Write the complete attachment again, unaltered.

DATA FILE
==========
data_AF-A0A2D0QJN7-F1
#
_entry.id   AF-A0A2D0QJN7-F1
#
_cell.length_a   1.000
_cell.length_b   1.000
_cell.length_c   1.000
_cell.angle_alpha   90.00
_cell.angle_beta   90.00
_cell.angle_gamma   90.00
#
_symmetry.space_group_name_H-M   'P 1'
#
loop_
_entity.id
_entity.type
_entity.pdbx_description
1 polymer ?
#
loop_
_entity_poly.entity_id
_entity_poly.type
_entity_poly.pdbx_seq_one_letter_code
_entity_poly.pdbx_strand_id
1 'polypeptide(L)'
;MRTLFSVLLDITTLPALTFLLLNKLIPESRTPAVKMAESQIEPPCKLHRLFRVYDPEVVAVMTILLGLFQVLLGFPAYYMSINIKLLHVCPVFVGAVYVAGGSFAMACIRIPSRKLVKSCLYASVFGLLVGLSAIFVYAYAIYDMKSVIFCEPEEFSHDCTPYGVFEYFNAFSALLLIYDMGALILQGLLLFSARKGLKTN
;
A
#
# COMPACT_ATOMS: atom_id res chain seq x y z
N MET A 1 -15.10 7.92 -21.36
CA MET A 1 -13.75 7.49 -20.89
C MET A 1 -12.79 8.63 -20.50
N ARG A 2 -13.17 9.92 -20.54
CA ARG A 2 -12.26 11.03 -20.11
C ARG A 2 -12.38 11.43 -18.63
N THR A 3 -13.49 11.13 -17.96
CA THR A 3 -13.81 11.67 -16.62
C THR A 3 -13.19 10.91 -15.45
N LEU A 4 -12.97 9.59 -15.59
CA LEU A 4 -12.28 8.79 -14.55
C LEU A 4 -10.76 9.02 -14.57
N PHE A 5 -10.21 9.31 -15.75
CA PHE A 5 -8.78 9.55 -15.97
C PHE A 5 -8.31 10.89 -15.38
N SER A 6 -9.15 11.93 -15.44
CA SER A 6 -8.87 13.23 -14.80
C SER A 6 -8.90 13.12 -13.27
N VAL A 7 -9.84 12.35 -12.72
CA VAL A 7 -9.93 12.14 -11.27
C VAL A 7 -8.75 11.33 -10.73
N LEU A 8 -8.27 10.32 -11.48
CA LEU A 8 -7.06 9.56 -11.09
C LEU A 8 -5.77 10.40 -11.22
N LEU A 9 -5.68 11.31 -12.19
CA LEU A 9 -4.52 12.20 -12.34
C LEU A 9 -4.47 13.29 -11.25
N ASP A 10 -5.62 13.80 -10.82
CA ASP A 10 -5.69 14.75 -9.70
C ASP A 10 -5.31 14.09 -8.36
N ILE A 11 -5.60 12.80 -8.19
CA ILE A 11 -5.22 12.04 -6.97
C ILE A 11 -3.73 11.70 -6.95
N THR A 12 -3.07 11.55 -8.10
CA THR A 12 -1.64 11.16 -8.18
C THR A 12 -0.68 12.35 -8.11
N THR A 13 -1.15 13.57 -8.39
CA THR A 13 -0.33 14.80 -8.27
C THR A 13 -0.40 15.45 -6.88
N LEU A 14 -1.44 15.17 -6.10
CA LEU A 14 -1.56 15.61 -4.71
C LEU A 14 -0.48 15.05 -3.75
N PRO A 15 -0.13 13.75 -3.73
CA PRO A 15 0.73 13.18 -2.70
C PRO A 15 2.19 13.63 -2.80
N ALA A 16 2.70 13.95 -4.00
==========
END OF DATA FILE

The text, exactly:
data_AF-A0A2D0QJN7-F1
#
_entry.id   AF-A0A2D0QJN7-F1
#
_cell.length_a   1.000
_cell.length_b   1.000
_cell.length_c   1.000
_cell.angle_alpha   90.00
_cell.angle_beta   90.00
_cell.angle_gamma   90.00
#
_symmetry.space_group_name_H-M   'P 1'
#
loop_
_entity.id
_entity.type
_entity.pdbx_description
1 polymer ?
#
loop_
_entity_poly.entity_id
_entity_poly.type
_entity_poly.pdbx_seq_one_letter_code
_entity_poly.pdbx_strand_id
1 'polypeptide(L)'
;MRTLFSVLLDITTLPALTFLLLNKLIPESRTPAVKMAESQIEPPCKLHRLFRVYDPEVVAVMTILLGLFQVLLGFPAYYMSINIKLLHVCPVFVGAVYVAGGSFAMACIRIPSRKLVKSCLYASVFGLLVGLSAIFVYAYAIYDMKSVIFCEPEEFSHDCTPYGVFEYFNAFSALLLIYDMGALILQGLLLFSARKGLKTN
;
A
#
# COMPACT_ATOMS: atom_id res chain seq x y z
N MET A 1 -15.10 7.92 -21.36
CA MET A 1 -13.75 7.49 -20.89
C MET A 1 -12.79 8.63 -20.50
N ARG A 2 -13.17 9.92 -20.54
CA ARG A 2 -12.26 11.03 -20.11
C ARG A 2 -12.38 11.43 -18.63
N THR A 3 -13.49 11.13 -17.96
CA THR A 3 -13.81 11.67 -16.62
C THR A 3 -13.19 10.91 -15.45
N LEU A 4 -12.97 9.59 -15.59
CA LEU A 4 -12.28 8.79 -14.55
C LEU A 4 -10.76 9.02 -14.57
N PHE A 5 -10.21 9.31 -15.75
CA PHE A 5 -8.78 9.55 -15.97
C PHE A 5 -8.31 10.89 -15.38
N SER A 6 -9.15 11.93 -15.44
CA SER A 6 -8.87 13.23 -14.80
C SER A 6 -8.90 13.12 -13.27
N VAL A 7 -9.84 12.35 -12.72
CA VAL A 7 -9.93 12.14 -11.27
C VAL A 7 -8.75 11.33 -10.73
N LEU A 8 -8.27 10.32 -11.48
CA LEU A 8 -7.06 9.56 -11.09
C LEU A 8 -5.77 10.40 -11.22
N LEU A 9 -5.68 11.31 -12.19
CA LEU A 9 -4.52 12.20 -12.34
C LEU A 9 -4.47 13.29 -11.25
N ASP A 10 -5.62 13.80 -10.82
CA ASP A 10 -5.69 14.75 -9.70
C ASP A 10 -5.31 14.09 -8.36
N ILE A 11 -5.60 12.80 -8.19
CA ILE A 11 -5.22 12.04 -6.97
C ILE A 11 -3.73 11.70 -6.95
N THR A 12 -3.07 11.55 -8.10
CA THR A 12 -1.64 11.16 -8.18
C THR A 12 -0.68 12.35 -8.11
N THR A 13 -1.15 13.57 -8.39
CA THR A 13 -0.33 14.80 -8.27
C THR A 13 -0.40 15.45 -6.88
N LEU A 14 -1.44 15.17 -6.10
CA LEU A 14 -1.56 15.61 -4.71
C LEU A 14 -0.48 15.05 -3.75
N PRO A 15 -0.13 13.75 -3.73
CA PRO A 15 0.73 13.18 -2.70
C PRO A 15 2.19 13.63 -2.80
N ALA A 16 2.70 13.95 -4.00